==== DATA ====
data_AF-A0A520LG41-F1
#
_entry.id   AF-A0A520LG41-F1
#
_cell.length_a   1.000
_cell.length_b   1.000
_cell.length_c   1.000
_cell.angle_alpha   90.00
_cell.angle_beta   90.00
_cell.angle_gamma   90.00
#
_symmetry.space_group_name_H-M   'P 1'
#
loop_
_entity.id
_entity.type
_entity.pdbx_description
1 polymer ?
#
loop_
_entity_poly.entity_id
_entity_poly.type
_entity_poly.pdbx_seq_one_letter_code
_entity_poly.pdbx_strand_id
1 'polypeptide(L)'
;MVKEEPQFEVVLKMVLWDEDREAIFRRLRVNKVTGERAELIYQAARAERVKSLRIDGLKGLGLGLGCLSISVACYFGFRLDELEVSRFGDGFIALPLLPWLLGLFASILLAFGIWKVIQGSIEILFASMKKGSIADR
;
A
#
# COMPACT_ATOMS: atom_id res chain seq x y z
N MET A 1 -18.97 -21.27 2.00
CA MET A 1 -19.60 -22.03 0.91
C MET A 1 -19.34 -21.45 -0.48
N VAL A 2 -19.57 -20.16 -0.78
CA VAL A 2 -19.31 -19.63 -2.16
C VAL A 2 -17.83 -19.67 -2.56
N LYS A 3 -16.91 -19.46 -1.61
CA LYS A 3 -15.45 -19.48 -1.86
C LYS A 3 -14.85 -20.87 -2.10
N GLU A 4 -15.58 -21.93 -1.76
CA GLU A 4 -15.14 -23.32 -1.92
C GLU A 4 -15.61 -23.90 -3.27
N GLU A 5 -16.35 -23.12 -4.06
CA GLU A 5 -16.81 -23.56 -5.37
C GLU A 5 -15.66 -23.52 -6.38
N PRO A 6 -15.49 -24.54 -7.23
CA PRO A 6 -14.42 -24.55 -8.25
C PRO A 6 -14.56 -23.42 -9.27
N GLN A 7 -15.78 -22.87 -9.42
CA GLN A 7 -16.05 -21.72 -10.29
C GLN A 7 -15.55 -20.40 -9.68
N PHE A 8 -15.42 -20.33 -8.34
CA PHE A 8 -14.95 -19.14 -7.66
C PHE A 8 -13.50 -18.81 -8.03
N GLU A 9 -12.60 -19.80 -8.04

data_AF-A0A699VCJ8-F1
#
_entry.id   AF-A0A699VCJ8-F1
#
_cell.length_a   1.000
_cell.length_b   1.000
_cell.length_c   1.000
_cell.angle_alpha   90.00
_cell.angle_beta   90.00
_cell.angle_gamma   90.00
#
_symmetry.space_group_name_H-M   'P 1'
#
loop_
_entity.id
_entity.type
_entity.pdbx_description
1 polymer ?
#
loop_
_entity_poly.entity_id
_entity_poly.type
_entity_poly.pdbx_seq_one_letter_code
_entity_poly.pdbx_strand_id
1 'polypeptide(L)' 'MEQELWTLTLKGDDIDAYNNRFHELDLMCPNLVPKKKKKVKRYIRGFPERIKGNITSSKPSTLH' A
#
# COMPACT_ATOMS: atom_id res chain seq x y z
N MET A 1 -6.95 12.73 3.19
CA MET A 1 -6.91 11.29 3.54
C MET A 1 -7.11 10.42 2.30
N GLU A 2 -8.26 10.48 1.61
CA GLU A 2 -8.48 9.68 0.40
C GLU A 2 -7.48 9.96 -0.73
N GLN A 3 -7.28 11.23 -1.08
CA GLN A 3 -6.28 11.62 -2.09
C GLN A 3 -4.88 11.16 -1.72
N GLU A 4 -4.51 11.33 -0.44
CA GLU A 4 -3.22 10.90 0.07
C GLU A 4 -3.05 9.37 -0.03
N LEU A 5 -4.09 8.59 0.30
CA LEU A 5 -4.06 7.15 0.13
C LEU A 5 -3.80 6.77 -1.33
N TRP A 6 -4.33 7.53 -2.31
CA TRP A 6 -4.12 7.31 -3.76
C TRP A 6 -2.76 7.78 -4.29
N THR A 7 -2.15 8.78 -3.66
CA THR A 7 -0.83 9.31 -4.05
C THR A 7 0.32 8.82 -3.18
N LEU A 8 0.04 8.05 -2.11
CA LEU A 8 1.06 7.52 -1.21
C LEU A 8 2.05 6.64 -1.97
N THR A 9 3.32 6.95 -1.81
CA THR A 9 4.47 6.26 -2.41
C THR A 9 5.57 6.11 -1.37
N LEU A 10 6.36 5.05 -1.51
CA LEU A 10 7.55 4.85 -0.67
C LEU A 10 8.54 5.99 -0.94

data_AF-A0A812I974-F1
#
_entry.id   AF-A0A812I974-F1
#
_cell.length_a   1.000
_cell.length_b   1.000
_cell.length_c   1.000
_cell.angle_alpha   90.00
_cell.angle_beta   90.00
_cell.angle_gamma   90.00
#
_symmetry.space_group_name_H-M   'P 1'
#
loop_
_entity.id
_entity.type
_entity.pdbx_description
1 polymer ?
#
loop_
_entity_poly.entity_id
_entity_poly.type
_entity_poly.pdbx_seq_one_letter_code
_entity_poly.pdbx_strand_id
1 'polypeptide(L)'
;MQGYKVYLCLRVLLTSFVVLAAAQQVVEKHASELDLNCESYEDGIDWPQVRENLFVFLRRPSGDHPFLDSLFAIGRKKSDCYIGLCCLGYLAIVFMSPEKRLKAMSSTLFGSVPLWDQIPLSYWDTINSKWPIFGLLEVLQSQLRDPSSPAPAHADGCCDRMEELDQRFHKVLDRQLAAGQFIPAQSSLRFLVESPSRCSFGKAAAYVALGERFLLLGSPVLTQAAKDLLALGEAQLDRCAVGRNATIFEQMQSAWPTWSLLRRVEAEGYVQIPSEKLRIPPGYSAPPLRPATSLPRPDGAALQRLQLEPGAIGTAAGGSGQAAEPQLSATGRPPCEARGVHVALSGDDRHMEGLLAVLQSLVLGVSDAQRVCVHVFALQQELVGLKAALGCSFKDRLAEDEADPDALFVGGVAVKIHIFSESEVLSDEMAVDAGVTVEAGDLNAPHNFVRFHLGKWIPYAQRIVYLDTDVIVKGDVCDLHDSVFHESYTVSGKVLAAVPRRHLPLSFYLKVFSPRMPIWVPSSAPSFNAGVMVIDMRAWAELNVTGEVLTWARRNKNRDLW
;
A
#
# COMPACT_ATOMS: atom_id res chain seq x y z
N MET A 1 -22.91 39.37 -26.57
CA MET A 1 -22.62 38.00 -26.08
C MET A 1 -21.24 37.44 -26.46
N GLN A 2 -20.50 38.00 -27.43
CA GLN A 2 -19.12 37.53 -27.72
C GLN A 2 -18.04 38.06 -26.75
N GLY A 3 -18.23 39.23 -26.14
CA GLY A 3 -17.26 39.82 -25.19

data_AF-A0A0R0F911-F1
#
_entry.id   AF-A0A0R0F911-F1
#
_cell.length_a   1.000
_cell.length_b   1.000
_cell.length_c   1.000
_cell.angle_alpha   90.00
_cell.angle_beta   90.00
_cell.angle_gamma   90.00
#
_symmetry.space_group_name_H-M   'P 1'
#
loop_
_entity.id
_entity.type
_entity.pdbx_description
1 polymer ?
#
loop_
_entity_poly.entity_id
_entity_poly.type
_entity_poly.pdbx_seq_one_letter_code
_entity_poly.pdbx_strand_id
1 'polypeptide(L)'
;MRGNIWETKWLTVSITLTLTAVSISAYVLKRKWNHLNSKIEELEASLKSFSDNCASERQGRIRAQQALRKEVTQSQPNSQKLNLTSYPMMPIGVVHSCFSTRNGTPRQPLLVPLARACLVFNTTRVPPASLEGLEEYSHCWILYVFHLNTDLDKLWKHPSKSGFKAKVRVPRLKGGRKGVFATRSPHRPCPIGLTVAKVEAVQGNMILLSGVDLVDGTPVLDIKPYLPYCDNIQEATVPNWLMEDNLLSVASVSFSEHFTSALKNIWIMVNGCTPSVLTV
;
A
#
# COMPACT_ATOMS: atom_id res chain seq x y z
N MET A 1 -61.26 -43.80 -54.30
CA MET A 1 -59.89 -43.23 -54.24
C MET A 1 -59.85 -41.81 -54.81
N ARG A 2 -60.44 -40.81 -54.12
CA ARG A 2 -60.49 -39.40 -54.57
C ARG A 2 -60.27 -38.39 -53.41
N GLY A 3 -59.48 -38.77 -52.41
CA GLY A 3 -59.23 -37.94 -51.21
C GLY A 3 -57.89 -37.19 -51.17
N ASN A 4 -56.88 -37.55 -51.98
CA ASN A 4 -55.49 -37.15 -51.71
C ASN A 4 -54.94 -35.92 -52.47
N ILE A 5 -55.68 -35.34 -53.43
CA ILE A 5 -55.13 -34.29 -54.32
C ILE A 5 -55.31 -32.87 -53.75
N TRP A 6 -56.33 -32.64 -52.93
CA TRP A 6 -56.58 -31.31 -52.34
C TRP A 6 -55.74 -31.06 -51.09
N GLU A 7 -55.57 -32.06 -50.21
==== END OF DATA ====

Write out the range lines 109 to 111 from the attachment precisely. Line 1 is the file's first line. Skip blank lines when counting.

C THR A 9 5.57 6.11 -1.37
N LEU A 10 6.36 5.05 -1.51
CA LEU A 10 7.55 4.85 -0.67